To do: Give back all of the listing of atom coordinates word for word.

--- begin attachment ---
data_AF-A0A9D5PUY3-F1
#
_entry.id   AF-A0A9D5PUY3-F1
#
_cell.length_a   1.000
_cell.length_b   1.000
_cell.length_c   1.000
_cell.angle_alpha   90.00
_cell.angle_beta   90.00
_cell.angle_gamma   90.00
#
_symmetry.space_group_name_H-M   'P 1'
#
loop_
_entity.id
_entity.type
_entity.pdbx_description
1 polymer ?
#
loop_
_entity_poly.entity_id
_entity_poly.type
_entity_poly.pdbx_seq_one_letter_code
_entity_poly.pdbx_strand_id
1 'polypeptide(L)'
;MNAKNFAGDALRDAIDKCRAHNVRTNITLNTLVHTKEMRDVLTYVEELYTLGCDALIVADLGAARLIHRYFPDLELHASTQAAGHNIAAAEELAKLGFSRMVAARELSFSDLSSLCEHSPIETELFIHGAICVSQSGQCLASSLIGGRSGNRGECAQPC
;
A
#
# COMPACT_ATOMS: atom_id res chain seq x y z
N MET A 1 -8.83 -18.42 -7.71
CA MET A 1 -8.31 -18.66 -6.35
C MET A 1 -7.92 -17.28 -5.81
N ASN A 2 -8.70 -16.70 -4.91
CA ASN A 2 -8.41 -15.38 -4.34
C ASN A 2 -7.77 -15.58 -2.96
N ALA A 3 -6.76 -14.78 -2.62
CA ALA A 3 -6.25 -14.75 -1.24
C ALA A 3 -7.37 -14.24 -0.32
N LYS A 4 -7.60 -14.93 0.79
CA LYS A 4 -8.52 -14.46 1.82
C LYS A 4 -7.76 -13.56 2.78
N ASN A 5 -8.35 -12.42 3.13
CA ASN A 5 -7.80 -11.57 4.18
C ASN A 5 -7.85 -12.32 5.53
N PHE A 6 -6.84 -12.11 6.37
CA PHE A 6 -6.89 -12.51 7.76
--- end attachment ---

data_AF-A0A9D5PUY3-F1
#
_entry.id   AF-A0A9D5PUY3-F1
#
_cell.length_a   1.000
_cell.length_b   1.000
_cell.length_c   1.000
_cell.angle_alpha   90.00
_cell.angle_beta   90.00
_cell.angle_gamma   90.00
#
_symmetry.space_group_name_H-M   'P 1'
#
loop_
_entity.id
_entity.type
_entity.pdbx_description
1 polymer ?
#
loop_
_entity_poly.entity_id
_entity_poly.type
_entity_poly.pdbx_seq_one_letter_code
_entity_poly.pdbx_strand_id
1 'polypeptide(L)'
;MNAKNFAGDALRDAIDKCRAHNVRTNITLNTLVHTKEMRDVLTYVEELYTLGCDALIVADLGAARLIHRYFPDLELHASTQAAGHNIAAAEELAKLGFSRMVAARELSFSDLSSLCEHSPIETELFIHGAICVSQSGQCLASSLIGGRSGNRGECAQPC
;
A
#
# COMPACT_ATOMS: atom_id res chain seq x y z
N MET A 1 -8.83 -18.42 -7.71
CA MET A 1 -8.31 -18.66 -6.35
C MET A 1 -7.92 -17.28 -5.81
N ASN A 2 -8.70 -16.70 -4.91
CA ASN A 2 -8.41 -15.38 -4.34
C ASN A 2 -7.77 -15.58 -2.96
N ALA A 3 -6.76 -14.78 -2.62
CA ALA A 3 -6.25 -14.75 -1.24
C ALA A 3 -7.37 -14.24 -0.32
N LYS A 4 -7.60 -14.93 0.79
CA LYS A 4 -8.52 -14.46 1.82
C LYS A 4 -7.76 -13.56 2.78
N ASN A 5 -8.35 -12.42 3.13
CA ASN A 5 -7.80 -11.57 4.18
C ASN A 5 -7.85 -12.32 5.53
N PHE A 6 -6.84 -12.11 6.37
CA PHE A 6 -6.89 -12.51 7.76